“My older brother played baseball really competitively,” said Oliver. “I guess I’ve been around it a long time with my parents and everything. We’ve been a big baseball family so that’s part of the reason why I kept going with it.”

As she went through North Kingstown’s youth leagues, it was clear that Oliver wasn’t just any player; she had a serious talent as a softball pitcher. She threw the ball with speed that very few girls possessed at such an early age.

Prior to her freshmen year in high school, Laliberte knew he had someone special on the horizon.

“We had some pretty good indications that we had a good player coming,” Laliberte said. “It wasn’t that she was a complete surprise or anything like that.”

When Oliver arrived at North Kingstown High for her freshman year, she was immediately given half of the pitching duties for every game. Her and Kantor each took the mound for half of every game during the 2014 and 2015 seasons.

It was around 2015 when UMass began to recruit Oliver.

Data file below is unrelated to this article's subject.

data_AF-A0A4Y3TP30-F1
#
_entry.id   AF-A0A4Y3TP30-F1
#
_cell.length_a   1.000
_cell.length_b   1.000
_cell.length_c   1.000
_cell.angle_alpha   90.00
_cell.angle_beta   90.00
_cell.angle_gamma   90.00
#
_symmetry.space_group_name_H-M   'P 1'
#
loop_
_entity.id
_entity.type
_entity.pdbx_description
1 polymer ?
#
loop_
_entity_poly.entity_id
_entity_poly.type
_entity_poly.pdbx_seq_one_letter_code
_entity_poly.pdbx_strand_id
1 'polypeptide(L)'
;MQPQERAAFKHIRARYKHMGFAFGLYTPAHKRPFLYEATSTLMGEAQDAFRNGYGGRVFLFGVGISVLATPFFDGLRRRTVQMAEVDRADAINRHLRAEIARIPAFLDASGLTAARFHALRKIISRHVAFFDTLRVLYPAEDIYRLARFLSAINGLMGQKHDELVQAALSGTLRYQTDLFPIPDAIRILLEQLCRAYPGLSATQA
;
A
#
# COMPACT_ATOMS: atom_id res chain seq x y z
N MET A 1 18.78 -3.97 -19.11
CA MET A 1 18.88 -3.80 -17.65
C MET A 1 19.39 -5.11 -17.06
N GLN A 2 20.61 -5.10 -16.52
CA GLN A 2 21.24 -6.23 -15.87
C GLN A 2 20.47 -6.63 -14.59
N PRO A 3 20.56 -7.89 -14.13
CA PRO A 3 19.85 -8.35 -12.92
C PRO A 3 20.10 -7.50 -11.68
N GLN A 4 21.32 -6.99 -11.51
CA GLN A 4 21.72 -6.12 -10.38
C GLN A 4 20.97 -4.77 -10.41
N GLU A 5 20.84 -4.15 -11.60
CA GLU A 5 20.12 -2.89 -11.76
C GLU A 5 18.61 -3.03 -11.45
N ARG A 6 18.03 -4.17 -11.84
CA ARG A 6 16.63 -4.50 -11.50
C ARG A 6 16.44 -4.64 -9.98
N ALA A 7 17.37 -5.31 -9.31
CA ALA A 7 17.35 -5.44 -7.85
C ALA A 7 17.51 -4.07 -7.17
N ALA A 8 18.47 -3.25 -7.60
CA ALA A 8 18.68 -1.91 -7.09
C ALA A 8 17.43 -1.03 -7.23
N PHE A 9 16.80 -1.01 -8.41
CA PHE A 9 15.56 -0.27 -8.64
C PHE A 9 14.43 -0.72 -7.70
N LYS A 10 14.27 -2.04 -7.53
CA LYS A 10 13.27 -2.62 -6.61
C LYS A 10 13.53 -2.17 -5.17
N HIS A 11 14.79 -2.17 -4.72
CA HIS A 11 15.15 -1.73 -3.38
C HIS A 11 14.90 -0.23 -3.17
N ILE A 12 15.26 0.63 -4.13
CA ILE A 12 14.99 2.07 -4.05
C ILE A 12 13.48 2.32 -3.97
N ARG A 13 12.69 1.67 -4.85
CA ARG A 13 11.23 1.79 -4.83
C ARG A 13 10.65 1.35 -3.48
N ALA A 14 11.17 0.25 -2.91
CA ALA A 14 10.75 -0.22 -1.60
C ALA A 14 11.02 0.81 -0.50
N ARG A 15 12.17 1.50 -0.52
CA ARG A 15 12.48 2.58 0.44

“I actually was sent a video of Kiara when she was probably a freshman or sophomore in high school,” Stefanoni said. “We invited her to come up to a winter clinic in January. I think it might have been her freshman or sophomore year at that point. I got to see her pitch in person.”

Shortly after the tough state championship loss in 2015, Oliver would commit to play softball at UMass starting in the fall of 2017. Stefanoni was a huge selling point for Oliver.

“Coach Kristi was for sure the reason I came to UMass,” said Oliver. “She’s amazing. She’s one of the best people I’ve ever met. She’s such a great coach.”

Oliver’s first two years of softball in high school were great. But once she committed to take her talents to Western Massachusetts, things only got better from there.

If you were to watch Oliver pitch from afar, the first thing you’d notice is her velocity.